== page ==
Defendant further contends that the trial court should have, ex mero motu, corrected an alleged misstatement of the law of second degree murder made by the district attorney. The record fails to disclose any misstatement of the law by the district attorney. Furthermore, the trial judge fully and properly instructed the jury upon the law applicable to the case.
Defendant further contends that the district attorney improperly argued self-defense to the jury after having been instructed by the trial judge not to do so. In his argument, the district attorney stated:
"Now, you won't be charged, I think, by the Court in this case with another body of law known as self-defense, because it's not even here. This man was shot in the back. If that is not cold-blooded, deliberate murder, I don't know what it is. You don't even get the opportunity to consider self-defense in this particular case. It's not even here."
It is clear that the district attorney was explaining that under the law applicable to the case self-defense was not an issue. This he could properly do. State v. Monk, supra, and cases cited therein.
Defendant also assails the statement by the district attorney that only jurors may "fail to bring criminals to justice in our system." Here, the district attorney was simply explaining how our legal system works. We do not see how this could be prejudicial to defendant.
We have examined the entire argument by the district attorney and are unable to locate any impropriety sufficient to warrant a new trial. Accordingly, all assignments addressed to the district attorney's argument are overruled.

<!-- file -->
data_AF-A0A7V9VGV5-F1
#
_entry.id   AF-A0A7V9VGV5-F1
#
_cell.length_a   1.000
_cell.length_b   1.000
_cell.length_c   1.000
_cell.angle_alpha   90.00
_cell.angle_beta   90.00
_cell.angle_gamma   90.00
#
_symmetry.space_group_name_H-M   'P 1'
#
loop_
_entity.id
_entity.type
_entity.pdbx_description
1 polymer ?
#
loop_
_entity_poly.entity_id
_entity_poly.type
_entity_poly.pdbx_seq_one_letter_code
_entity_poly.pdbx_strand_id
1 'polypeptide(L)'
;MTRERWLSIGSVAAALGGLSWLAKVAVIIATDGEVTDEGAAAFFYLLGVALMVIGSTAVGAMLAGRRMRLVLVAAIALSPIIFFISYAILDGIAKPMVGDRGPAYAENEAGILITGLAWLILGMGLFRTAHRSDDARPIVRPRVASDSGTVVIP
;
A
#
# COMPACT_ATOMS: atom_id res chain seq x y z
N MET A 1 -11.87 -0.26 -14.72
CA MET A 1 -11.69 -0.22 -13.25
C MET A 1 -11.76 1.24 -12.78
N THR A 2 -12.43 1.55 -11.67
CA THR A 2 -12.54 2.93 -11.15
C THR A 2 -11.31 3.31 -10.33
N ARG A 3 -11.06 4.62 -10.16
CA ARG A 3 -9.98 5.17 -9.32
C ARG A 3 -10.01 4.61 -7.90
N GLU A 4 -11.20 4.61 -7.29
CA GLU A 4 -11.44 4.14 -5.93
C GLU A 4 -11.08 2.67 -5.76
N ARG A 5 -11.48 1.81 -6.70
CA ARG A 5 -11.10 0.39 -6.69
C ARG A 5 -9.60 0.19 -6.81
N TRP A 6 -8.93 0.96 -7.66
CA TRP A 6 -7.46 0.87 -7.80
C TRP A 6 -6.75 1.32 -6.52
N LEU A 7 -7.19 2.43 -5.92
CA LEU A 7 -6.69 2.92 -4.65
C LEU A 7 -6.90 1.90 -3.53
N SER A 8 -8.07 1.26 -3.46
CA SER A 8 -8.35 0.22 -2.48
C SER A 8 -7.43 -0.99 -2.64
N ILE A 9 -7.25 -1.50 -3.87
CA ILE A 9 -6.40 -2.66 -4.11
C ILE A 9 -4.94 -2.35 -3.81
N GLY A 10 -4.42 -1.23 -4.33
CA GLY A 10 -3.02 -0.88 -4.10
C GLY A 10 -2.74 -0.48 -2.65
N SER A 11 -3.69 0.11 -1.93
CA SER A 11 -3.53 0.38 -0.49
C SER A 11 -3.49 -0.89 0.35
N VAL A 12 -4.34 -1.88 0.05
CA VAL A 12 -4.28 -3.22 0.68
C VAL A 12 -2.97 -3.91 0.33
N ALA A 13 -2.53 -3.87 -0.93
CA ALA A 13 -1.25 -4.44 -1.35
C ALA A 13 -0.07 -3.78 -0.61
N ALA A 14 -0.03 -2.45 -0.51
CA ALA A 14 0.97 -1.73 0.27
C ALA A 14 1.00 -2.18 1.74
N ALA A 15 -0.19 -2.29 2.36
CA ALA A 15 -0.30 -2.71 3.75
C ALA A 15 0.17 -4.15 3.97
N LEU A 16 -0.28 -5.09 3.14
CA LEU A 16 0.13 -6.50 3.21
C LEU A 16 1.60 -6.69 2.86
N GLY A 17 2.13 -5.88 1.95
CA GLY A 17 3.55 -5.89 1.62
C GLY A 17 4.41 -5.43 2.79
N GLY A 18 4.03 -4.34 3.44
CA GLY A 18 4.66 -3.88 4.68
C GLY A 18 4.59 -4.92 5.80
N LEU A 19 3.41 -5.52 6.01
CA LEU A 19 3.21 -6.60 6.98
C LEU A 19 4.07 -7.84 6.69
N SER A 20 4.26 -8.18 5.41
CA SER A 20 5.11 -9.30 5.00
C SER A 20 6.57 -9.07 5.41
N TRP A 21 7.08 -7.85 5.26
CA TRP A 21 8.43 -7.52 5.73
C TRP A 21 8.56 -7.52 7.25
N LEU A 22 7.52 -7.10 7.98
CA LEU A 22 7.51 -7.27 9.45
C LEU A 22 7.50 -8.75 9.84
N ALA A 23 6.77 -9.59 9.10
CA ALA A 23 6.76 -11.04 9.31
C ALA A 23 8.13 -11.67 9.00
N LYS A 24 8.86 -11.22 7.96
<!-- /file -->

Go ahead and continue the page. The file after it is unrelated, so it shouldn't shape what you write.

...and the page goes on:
Defendant contends that prejudicial error was committed when the district attorney was permitted to ask certain questions which defendant insists were leading. A leading question is generally defined as one which suggests the desired response and may frequently be answered yes or no. State v. Greene, 285 N.C. 482, 206 S.E.2d 229 (1974); 1 Stansbury, N.C. Evidence 31 (Brandis rev. 1973). However, simply because a question may be answered yes or no does not make it leading, unless it also suggests the proper response. State v. Watkins, 283 N.C. 504, 196 S.E.2d 750 (1973). It is within the sound discretion of the trial judge to allow counsel to use leading questions; and in the absence of an abuse of that discretion, the judge's ruling will not be disturbed on appeal. State v. Greene, supra; 4 Strong, N.C. Index 3d, Criminal Law 87.1 (1976), and the plethora of cases cited therein. In ruling upon whether counsel may be permitted to lead a witness, the trial judge is guided by the statement in State v. Greene, supra, at 492-93, 206 S.E.2d at 236: